Dilational mafic dykes intruded during and after the second phase of early Caledonian deformation in the Seiland province were emplaced into complex fracture systems. Despite subsequent metamorphism, some dykes retain chilled margins, internal boundaries reflecting several magmatic pulses, central concentrations of phenocrysts, ocelli, and ultramafic nodules. Olivine, aluminous clinopyroxene, labradoritic plagioclase, nickeliferous pyrrhotite, magnetite-hercynite ss., ferri-ilmenite, the absence of Ca-poor pyroxene, and groundmass olivine in the freshest dykes indicate alkali olivine basalt affinities. The dykes have a mean major-element composition in the alkali picrite range, and the chemical variation is explained by accumulation of olivine and clinopyroxene. Na and K variations appear to be inherited from a pre-accumulation history. Mean Rb/Sr, K/Rb, K/Sr, and Y/Nb ratios correspond with common basalts, Ca/Sr is high and K, Nb, Zr, Rb, and the REE are positively correlated. Normalized REE patterns vary in absolute enrichment, but are light-REE enhanced. The primary magmas were generated by varying degrees of partial metting of an inhomogeneous mantle.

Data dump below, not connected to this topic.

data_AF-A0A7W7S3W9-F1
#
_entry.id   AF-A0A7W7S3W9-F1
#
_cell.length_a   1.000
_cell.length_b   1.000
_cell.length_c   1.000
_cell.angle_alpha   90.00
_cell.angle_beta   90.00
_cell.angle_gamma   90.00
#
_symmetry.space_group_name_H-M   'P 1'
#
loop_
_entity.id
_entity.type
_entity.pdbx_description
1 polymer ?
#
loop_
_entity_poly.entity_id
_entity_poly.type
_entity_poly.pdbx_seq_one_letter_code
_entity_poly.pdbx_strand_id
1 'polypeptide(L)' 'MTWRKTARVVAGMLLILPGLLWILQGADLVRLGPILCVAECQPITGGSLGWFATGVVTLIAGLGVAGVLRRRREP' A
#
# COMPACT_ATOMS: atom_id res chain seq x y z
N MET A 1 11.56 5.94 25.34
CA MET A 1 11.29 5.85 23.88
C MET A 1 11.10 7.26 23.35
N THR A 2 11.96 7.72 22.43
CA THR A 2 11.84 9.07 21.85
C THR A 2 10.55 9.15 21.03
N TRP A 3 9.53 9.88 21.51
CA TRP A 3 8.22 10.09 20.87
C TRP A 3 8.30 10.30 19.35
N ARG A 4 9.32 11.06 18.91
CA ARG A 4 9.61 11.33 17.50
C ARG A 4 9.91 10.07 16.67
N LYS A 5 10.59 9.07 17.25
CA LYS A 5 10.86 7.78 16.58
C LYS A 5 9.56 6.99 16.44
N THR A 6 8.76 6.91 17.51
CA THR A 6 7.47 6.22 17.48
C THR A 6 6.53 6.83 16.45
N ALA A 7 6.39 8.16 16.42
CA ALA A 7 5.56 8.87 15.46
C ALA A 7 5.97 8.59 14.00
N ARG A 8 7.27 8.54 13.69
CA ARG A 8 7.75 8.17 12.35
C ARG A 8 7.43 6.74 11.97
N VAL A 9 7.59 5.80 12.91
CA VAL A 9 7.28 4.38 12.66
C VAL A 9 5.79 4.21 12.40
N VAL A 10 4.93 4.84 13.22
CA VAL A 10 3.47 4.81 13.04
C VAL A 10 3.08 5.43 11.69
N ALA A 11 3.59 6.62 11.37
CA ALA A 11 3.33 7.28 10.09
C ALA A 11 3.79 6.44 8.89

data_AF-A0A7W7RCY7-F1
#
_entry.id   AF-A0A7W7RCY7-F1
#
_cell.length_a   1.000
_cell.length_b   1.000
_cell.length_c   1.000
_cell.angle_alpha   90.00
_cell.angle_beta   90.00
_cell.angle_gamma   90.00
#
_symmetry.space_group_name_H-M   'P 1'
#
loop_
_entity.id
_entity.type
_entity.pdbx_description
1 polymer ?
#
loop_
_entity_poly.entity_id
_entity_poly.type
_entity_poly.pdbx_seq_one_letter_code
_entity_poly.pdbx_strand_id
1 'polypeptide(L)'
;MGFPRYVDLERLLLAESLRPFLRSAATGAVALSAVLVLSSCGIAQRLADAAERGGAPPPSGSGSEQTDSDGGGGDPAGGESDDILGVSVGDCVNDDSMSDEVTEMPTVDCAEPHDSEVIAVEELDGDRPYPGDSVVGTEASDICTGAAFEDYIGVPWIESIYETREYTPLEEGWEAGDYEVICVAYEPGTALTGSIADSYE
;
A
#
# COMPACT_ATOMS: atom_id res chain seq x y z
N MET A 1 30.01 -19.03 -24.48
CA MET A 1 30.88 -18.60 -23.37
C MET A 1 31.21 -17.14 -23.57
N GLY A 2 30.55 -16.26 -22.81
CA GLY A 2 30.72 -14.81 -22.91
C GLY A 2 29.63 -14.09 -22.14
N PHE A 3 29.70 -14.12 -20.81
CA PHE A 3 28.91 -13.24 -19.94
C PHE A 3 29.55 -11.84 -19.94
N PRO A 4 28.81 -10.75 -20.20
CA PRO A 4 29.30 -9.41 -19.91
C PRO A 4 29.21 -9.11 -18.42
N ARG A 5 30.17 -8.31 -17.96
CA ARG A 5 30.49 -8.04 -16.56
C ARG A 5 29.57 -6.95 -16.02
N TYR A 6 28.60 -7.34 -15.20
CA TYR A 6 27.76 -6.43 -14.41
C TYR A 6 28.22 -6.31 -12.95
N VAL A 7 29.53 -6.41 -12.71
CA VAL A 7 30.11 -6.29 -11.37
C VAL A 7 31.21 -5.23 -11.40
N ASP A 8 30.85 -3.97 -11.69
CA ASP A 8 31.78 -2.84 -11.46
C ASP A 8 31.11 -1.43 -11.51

Geology and geochemistry of a metamorphosed picrite-ankaramite dyke suite from the Seiland province, northern Norway